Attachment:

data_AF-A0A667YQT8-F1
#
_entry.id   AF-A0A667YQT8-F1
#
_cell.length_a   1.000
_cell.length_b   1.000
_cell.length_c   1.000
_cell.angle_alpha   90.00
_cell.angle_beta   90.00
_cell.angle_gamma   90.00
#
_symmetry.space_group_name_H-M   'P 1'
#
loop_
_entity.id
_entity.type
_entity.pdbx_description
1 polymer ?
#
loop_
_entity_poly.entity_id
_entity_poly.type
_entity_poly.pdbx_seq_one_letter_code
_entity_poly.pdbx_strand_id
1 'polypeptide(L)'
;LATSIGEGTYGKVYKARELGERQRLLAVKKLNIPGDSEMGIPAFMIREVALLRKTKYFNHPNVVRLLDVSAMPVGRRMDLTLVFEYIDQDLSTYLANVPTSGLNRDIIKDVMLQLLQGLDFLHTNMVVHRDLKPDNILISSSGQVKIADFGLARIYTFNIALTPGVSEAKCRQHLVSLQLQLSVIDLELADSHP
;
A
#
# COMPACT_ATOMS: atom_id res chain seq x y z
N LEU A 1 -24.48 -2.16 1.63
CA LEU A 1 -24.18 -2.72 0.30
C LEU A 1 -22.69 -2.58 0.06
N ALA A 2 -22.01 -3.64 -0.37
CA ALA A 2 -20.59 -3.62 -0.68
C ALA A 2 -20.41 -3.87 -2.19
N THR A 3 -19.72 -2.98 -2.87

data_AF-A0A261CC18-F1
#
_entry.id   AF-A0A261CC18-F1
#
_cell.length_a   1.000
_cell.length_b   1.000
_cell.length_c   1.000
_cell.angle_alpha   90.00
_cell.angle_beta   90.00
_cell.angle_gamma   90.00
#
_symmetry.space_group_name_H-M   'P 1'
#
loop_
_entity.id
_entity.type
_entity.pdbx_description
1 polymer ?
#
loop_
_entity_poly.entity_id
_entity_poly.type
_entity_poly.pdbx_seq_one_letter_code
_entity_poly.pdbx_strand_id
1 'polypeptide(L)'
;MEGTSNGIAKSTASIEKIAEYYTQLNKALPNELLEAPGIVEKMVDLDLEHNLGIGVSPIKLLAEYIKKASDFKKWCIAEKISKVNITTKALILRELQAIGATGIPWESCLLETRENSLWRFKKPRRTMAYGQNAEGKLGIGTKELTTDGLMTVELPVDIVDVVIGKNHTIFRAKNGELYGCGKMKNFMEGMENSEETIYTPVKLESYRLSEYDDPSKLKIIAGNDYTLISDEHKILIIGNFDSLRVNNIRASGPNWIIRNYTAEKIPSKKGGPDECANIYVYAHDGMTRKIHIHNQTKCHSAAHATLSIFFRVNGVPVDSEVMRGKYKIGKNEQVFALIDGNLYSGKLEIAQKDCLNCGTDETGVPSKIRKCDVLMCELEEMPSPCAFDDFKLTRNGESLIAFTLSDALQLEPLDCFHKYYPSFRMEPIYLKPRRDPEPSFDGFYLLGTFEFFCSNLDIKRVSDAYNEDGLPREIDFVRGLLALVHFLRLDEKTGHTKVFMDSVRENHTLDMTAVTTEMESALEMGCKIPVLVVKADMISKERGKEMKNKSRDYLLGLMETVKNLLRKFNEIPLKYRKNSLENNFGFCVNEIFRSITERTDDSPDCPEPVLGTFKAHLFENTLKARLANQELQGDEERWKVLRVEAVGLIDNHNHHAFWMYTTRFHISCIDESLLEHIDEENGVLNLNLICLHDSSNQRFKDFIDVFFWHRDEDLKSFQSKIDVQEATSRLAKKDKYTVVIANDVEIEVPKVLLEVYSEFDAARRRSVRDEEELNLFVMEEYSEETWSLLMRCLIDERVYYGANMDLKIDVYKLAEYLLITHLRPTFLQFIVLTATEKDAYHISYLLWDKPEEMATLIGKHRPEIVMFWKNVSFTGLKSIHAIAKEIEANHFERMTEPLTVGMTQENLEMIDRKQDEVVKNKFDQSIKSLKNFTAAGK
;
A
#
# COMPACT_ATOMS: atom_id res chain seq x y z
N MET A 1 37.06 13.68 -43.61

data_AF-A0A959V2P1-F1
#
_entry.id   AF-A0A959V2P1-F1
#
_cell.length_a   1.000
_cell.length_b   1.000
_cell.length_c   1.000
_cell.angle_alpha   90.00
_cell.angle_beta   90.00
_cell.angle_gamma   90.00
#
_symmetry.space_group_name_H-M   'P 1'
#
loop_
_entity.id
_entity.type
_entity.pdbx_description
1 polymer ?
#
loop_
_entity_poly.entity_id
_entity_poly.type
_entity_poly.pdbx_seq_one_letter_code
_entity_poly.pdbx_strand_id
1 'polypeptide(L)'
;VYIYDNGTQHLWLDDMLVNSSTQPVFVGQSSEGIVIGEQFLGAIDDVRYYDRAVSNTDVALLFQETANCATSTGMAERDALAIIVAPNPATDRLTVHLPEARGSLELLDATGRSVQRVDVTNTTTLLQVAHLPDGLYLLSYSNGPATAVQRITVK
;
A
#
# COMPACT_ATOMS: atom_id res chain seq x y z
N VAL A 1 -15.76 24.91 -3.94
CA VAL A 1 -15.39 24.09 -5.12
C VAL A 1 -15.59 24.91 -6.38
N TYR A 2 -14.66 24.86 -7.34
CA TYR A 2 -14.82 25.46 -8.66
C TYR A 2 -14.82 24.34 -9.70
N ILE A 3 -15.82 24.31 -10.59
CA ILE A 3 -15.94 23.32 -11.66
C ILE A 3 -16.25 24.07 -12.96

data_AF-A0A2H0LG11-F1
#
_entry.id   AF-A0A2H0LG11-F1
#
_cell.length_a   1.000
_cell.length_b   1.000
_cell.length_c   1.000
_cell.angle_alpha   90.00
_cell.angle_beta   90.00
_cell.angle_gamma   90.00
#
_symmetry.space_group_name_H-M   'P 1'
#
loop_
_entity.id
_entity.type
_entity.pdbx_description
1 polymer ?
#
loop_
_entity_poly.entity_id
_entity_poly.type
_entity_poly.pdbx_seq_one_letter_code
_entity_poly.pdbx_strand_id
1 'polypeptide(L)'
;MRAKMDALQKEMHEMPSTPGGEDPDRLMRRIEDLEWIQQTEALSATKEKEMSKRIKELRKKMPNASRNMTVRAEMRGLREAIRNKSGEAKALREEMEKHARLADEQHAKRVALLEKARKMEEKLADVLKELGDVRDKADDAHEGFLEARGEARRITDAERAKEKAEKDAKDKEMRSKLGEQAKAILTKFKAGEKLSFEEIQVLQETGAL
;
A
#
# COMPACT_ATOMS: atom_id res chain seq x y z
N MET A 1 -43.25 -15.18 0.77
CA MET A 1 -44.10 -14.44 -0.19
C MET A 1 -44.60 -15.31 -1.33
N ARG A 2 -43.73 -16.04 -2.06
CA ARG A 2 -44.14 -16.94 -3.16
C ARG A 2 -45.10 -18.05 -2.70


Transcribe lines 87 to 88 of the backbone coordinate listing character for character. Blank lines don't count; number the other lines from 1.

#
loop_